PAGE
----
The South African government recently made a decision not to extend the Zimbabwean Exemption Permit (ZEP) regime that expired on 31 December 2021, opting instead to let the programme lapse altogether. This consequential decision has left Zimbabweans in limbo and they are now faced with the tough choice of living from day to day in South Africa, without official recognition, or going back home to a turbulent political scene.
Zimbabwe is preparing for by-elections which will take place on 26 March 2022. After the battle for the soul of the Movement for Democratic Change (MDC) culminated in a bruising court battle, the charismatic Nelson Chamisa and close ally Tendai Biti have formed a new party called Citizens Coalition for Change (CCC). The mammoth crowd that turned out for the party’s launch sent shock waves through the ranks of Zanu-PF, which unleashed a round of violent rhetoric and physical attacks against the new kids on the block in Kwekwe. One CCC militant was killed in the violence.
It is hard to see how Zimbabwe gets out of its political quagmire. The Zanu-PF elite does not really care about democratic processes governing changes of power, which means that Zimbabwe is a de-facto dictatorship. If the CCC gets a strong showing in the next elections, it would mean more violence and an exodus of citizens to neighbouring countries.
Zimbabwe remains a nation of interest for both the ANC and the South African government, and at the time that an ANC delegation controversially went there on a military plane in 2020, there were a lot of reports coming out of Zimbabwe that there were human rights violations taking place there. While this was not surprising, it was disappointing because Emmerson “The Crocodile” Mnangagwa had been expected to reduce the violence after coming to power in a popular coup (though some might disagree that it was coup). That the violence has continued unabated suggests that Zimbabweans abroad are not going to want to relocate back to their home country in significant numbers. Why would anybody want to leave a relatively stable country in the neighbourhood to move to Zimbabwe and be constantly harassed by those who support “the Crocodile”.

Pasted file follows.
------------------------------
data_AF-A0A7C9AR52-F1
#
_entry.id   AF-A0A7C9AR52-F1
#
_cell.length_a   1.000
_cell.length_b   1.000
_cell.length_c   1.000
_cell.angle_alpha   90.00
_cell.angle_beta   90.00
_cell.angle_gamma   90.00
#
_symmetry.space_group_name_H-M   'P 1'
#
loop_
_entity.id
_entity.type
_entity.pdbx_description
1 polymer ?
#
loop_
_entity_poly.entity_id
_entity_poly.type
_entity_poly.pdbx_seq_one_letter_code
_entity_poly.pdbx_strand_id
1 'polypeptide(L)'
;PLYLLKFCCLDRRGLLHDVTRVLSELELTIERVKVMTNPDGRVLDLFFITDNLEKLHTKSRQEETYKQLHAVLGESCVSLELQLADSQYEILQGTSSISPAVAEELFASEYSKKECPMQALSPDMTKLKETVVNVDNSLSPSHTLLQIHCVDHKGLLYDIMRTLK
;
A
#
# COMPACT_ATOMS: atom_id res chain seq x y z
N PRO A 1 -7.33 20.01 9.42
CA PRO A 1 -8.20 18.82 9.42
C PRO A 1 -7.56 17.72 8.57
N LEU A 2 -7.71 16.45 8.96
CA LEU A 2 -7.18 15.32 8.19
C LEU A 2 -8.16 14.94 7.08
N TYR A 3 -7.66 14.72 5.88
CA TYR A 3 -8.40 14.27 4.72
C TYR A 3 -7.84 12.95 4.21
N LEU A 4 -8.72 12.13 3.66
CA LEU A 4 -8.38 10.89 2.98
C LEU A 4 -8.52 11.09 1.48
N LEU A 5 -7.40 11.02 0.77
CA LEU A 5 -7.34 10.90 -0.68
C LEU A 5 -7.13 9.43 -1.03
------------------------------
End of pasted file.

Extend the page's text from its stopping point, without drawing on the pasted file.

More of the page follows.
Although the South African government has taken a decision not to extend the Zimbabwean Exemption Permit that allowed Zimbabweans in South Africa more time to get their papers in order, they should continue monitoring developments in Zimbabwe. South Africa is still a regional power with a fair bit of leverage over its neighbours.
Zimbabwe is going to the polls in 2023. We know that previously Zimbabwe was on the agenda at SADC, in the era of the former president Thabo Mkebi, and South Africa was asked to mediate in the political standoff across the border. Mbeki championed a “quiet diplomacy” approach. This process led to the signing of the Global Political Agreement (GPA) in 2008. The mistake MDC made at the time was not to push for the implementation of all the reforms that the parties had agreed to in the GPA. The mediation process continued under former president Jacob Zuma. (Some will remember that this was when the late power-hungry Robert Mugabe referred to Minister Lindiwe Zulu as an “idiotic street woman”.)
After post-election violence in 2018, the Zimbabwean government commissioned the Motlanthe Commission report. We seem to have forgotten about it. Going into these next elections, is there any chance that the Zimbabwean government has looked at the recommendations of the report to avoid a repeat of the violence? Or are such documents just the veneer the government needs to show the world that it is democratic?
Zanu-PF continues to lash out at the ANC but is never willing to take responsibility for the situation in the country. The ANC needs to stand its ground moving forward and face Zanu-PF head-on.
It is time now for the South African government and the ANC to have an honest and frank discussion with Zanu-PF, especially after the cabinet decision on the status of Zimbabwe citizens in South Africa. The Zimbabweans who are in South Africa are not here because they want to be here. Material conditions have forced them to leave their country.
There is a lot that remains troubling. Since the formation of the CCC party, there are already rumours flying that the putative successor to Mnangagwa, Constantino Chiwenga, is plotting violence against the newcomers.
The South African government needs to understand that changing the permits for Zimbabweans will not change the political and economic situation in Zimbabwe. It will not improve the lot of ordinary Zimbabweans in any significant way. Instead, it will lead to another humanitarian and migrant crisis.
I do not think that the South African government did a proper analysis of what is really happening in Zimbabwe before making this decision. Decision-makers at government level must avoid the temptation of populist politics à la ActionSA. Consequential decisions like terminating the ZEP must be based on clear data and policies. DM